Magazine Article | January 1, 2017

What You Need To Know About Being Ready To Join A Board

Source: Life Science Leader

By Rob Wright, Chief Editor, Life Science Leader
Follow Me On Twitter @RfwrightLSL

Last month I moderated a panel entitled, “Seeking A Board Seat.” Hosted by BioBreak in Philadelphia (a nonprofit organization that brings together senior executives from across the life sciences and venture capital industries), the goal of the discussion was to help executives not only figure out how to get selected for board of director positions, but also to determine which companies might be a best fit. During Thanksgiving dinner, I was describing the upcoming panel’s concept to my brother-in-law. He commented, “I thought companies picked the people who they want for their boards.” While true, this doesn’t mean you should just sit back and wait for the phone to ring. Conversely, you shouldn’t necessarily start reaching out to companies on an unsolicited basis. Serving successfully on a board typically requires the application of your acquired leadership skills in a slightly different capacity (i.e., more as a consultative guide). So if you think you are ready to join a board, before doing anything, you should first do a self-assessment.

According to industry icons Fred Hassan and Ken Banta, company boards primarily look at these two criteria: capabilities and character. As such, begin your self-assessment by looking at your capabilities and try to determine your special skills. For example, when Hassan was asked to join Time Warner’s board, it wasn’t because he had a deep understanding of the media and entertainment industry. He was invited (in large part) because his expertise in the regulated realm of healthcare could be applied to the increasingly regulated world of global telecommunications. Assess yourself not only as a sector expert but also as an executive with special competencies. Then map these attributes against various market needs. Next, compare yourself with other executives based on your proven track record. Hassan and Banta suggest engaging colleagues and mentors for help.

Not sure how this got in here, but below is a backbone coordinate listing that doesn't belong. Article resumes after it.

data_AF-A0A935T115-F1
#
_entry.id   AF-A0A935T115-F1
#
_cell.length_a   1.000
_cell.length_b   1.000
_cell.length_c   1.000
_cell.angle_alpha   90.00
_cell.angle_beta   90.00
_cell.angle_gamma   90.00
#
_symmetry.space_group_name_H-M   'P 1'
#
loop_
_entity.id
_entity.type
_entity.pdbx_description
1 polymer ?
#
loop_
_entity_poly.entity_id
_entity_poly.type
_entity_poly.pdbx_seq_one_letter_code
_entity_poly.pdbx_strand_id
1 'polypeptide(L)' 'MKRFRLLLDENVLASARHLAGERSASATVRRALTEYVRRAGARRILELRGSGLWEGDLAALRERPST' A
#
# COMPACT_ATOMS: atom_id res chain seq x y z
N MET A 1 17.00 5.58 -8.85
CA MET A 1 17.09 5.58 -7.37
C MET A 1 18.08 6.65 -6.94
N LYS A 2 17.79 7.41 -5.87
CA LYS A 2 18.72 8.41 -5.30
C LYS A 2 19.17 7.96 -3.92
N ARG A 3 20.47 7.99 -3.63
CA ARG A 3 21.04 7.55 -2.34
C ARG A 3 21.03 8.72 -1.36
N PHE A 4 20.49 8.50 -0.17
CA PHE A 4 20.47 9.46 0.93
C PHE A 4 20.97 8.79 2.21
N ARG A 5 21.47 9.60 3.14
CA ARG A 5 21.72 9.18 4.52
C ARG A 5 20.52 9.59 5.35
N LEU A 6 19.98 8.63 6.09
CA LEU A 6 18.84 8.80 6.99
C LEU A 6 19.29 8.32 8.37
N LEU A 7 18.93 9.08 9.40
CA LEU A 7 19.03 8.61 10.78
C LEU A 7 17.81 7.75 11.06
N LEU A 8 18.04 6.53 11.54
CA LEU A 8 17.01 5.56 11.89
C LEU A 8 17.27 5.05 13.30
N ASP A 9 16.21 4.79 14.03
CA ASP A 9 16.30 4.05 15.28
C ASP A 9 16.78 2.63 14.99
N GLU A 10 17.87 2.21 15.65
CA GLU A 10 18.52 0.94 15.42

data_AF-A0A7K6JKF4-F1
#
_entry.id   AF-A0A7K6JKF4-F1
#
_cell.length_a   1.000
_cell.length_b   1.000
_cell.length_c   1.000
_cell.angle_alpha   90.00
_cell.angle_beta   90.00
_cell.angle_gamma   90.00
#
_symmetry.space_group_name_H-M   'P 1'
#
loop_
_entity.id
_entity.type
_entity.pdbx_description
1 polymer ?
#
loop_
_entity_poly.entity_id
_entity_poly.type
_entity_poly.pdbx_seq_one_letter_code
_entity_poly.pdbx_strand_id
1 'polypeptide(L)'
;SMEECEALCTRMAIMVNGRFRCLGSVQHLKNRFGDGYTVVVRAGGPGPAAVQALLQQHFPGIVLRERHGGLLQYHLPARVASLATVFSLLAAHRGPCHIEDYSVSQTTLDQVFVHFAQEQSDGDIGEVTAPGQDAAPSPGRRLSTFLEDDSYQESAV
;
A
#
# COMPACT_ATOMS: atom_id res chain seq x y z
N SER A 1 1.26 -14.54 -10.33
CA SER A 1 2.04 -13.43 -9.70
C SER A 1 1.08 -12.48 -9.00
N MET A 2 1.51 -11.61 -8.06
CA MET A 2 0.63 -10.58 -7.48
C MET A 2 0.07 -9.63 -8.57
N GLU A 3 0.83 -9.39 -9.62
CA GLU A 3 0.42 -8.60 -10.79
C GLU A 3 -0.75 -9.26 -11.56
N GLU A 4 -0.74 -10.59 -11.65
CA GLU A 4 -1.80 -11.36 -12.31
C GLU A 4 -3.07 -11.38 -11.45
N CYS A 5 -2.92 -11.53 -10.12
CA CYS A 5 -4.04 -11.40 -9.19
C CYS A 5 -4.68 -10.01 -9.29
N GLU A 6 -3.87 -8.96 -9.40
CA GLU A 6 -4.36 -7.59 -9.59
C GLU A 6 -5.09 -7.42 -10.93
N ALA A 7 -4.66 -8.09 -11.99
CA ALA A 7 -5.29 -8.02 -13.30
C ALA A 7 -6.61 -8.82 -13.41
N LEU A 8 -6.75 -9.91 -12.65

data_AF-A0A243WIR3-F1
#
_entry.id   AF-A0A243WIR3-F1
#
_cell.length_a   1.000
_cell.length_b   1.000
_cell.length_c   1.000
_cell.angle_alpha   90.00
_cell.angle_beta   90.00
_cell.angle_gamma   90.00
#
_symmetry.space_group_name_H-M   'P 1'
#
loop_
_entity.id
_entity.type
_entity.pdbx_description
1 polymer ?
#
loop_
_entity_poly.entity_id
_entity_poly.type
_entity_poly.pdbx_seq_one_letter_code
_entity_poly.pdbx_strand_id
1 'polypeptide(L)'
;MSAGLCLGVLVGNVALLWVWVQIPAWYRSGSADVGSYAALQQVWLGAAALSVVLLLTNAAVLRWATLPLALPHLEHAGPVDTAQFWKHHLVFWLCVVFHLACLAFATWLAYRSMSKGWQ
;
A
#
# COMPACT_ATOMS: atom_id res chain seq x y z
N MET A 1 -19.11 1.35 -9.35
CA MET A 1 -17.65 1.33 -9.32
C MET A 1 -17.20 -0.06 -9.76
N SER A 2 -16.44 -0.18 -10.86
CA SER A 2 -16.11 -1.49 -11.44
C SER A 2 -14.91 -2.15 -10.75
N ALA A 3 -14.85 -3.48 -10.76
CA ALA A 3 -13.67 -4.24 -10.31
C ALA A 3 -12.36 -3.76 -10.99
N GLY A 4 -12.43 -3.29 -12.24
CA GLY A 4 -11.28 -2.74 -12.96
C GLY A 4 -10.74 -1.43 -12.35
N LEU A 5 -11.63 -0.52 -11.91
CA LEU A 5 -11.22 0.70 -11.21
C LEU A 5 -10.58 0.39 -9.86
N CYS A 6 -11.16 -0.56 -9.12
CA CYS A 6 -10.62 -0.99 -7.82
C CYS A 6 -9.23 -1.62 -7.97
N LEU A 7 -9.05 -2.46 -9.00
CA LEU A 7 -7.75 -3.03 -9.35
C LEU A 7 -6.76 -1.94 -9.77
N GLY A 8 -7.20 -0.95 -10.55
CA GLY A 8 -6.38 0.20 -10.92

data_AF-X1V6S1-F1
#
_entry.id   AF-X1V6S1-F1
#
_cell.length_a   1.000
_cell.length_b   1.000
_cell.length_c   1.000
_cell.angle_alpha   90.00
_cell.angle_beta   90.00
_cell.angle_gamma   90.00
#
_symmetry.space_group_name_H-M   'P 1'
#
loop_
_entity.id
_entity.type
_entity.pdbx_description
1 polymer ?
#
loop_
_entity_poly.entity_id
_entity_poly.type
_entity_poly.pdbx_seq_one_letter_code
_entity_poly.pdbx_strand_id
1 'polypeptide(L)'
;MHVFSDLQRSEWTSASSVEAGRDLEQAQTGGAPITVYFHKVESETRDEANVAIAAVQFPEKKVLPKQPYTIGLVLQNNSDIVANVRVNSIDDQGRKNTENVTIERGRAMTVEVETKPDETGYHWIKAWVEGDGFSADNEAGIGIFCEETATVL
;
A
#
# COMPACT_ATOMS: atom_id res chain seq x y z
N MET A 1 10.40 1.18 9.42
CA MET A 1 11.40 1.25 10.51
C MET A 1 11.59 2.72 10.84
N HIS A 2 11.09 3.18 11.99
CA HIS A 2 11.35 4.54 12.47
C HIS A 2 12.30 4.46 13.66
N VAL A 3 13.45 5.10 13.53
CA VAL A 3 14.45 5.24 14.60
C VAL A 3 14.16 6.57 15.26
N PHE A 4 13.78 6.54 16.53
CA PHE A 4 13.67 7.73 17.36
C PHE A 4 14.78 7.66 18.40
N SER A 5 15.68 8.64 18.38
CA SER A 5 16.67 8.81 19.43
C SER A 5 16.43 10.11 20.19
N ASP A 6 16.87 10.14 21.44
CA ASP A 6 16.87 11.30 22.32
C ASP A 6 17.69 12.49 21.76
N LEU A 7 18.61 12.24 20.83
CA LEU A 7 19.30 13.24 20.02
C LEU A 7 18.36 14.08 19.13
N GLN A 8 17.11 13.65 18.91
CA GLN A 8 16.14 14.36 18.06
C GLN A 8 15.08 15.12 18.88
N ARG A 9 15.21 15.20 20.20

Regarding the character component of board selection, there are five areas where you will need to demonstrate special strengths: collaborating, earning trust, emotional intelligence, judging others, and raising questions. Identify moments in your career when you exemplified these character components and list examples that demonstrate your leadership success as a result of their application. Unlike most executive roles where leading involves a lot of “telling,” board members typically succeed by asking. According to Hassan and Banta, by asking thoughtful questions you will be better able to guide a CEO and other board members toward making good business decisions.

Shortly after Leonard Jacob, M.D., Ph.D., left his position as chairman of the board for Bradley Pharmaceuticals (2006), he was asked to serve as board chairman for Antares Pharma. Although he did review the company’s financials and the management team, he admits the first thing he looked at was the product opportunity. Thus, he advises that anyone considering serving on a board review the product first and then the leadership.

If you have not served on a board, David Pyott (former CEO of Allergan) says likely the first call you’ll receive will come via an executive search firm. As such, he says to make it known to firms specializing in board placement that you are interested, and provide criteria on industry preference, as well as geographic location. Finally, while serving on a nonprofit can be a great place to gain some board experience, consider reviewing Shelly Banjo’s Wall Street Journal article “Before You Join That Board…” so you can sufficiently weigh prestige and honor versus the commitment such service entails.